by Javier Solórzano Casarin
“Amelie” (2001) * Original title “The Fabulous Destiny of Amelie Poulain”
France is a country of and by the senses. One of those places on the map that provide us with an extraordinary variety of colors, sounds, tastes, smells and sensations. French culture possesses a vast and ancient history, certainly sometimes it coincides with an arrogance or snobbery that many people dislike, but the contribution they have made to culture and the arts is indisputable.
The center of this cosmos of the senses is Paris, the city of light. A city where every neighborhood, every street, every corner beats with expressions of fashion, photography, literature, cinema, gastronomy, architecture, and so on; whirling around their immense and invaluable legacy in our world’s culture.
One of the favorite destinations of tourists and travelers from around the world, and as a constant reminder we can admire the photographs of Brassai or Kertész, the paintings of Toulouse-Lautrec, the voice of Edith Piaf, the films of Francois Truffaut, the poems of Jacques Prévert, “Les Misérables” by Victor Hugo…
Paris is a place where the imagination, a refined palate and dreams complement one another.
A faithful companion of Parisian culture is irreverence. A kind of humor that is mischievous and sardonic but very charming as well. France and especially Paris have a reputation as a society with an irreverent attitude toward life.
All these elements add to the captivating style of one of the most memorable film of recent times, “Amelie” by director Jean-Pierre Jeunet.
To talk about Paris is to talk about Amelie Poulain, the central character played by Audrey Tatou. This is because the quartiers (neighborhoods) of the city are also vivid characters, they are not only geographical spaces but also fragments of the soul, the magical essence of Paris; spirited and romantic whispers that stem from the cobbled streets; the luminous corners, the intersections that reveal forbidden secrets.
One of these neighborhoods is Montmartre, one of the most celebrated in contemporary culture. The legendary site where great artists (Impressionists and Expressionists), laureated intellectuals, poets, singers, actors and stars from the burlesque world congregated, immersed in conversations about existence, love and art; populated by hundreds of bars, restaurants, small popular markets, streets on slopes, up and down like passageways. It is in this neighborhood where our protagonist Amelie, lives. Through her eyes the endearing peculiarities of Montmartre colorfully grow and expand.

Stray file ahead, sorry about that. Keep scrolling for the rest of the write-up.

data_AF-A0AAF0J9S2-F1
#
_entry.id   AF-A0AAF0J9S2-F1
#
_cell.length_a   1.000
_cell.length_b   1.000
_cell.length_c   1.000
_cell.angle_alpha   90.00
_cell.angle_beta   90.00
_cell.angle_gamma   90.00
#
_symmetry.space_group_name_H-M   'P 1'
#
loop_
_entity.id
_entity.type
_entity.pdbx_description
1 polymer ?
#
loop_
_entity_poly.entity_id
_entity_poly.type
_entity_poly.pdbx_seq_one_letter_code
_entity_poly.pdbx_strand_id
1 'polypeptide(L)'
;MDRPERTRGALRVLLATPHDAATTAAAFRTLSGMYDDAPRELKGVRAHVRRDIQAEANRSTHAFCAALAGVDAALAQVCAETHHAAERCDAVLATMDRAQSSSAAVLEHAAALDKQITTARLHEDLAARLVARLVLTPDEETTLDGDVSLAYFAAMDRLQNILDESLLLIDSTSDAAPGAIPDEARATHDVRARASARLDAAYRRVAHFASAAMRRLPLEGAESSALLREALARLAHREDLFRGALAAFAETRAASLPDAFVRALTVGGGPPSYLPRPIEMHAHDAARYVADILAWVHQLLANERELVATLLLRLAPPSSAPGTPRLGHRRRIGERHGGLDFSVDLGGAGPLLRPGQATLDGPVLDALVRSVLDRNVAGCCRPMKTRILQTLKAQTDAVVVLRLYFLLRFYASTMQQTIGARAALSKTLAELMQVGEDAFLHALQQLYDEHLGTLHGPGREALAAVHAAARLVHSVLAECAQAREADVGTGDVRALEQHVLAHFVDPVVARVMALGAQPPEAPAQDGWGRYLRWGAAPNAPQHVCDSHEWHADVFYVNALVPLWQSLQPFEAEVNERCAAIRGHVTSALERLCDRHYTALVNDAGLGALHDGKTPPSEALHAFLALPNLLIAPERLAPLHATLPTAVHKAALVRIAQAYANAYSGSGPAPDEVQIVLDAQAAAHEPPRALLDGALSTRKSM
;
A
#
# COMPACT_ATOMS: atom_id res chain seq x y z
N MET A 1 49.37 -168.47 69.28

A short, witty and poignant montage presents her childhood, the relationship with her parents as an only child, the habits and guilty pleasures of each of them and the complicated family relationship that leads to its inevitable climax with an attempted suicide by their pet fish. Amelie discovers the world since a very young age and she is eager to explore it.
Her father not knowing how to communicate with her daughter, wrongly diagnoses Amelie with a chronic heart disease and engages in an almost obsessive routine to care for her at every waking moment. The truth is that little Amelie doesn’t have any physical contact from her parents, so whenever her father touches her body, she feels a great deal of excitement. Carrying this imaginary fragility, Amelie grows suspicious of the intangible notion of happiness and dreams. Yet the delight in her surroundings persists, and her tireless voyeurism for the lyrical common life consumes her.
Against her instincts, Amelie confronts reality, attempting to find her own happiness and someone to share the adventure of life with.
Jeunet could easily fall into the temptation of following the archetypical romantic formula, but the exceptional intricacies of the script, the unpredictability of his characters and his brash and lavish sense of comedy, bound together by an extraordinary visual language, produce a delicious and fascinating concoction. The experience of the film constantly plays with our expectations, instead of telling us what to feel.
The fusion of charm and vulgarity can be tasted in several scenes as Amelie imagines fifteen simultaneous orgasms on the legendary Parisian roofs; her careful revenge against Monsieur Collignon, after he mistreats her friend Lucien in the vegetable shop; Joseph and Georgette having boisterous sex in the Café’s bathroom, causing a small tremor that plunges all the glasses and dishes at the bar… and always Amelie’s unique perspective: The feeling of cereal seeds between her fingers, breaking the crunchy crème brûlée’s surface with a spoon, the faces of the spectators in the cinema, skipping stones in the canal of Saint Martin — moments portrayed with the spectacular photography by Bruno Delbonnel, the beautiful music by Yann Tiersen and the exquisite voice narration of André Dussollier. The ingredients of this marvelous feast, conjure up a film that speaks directly to the heart and soul.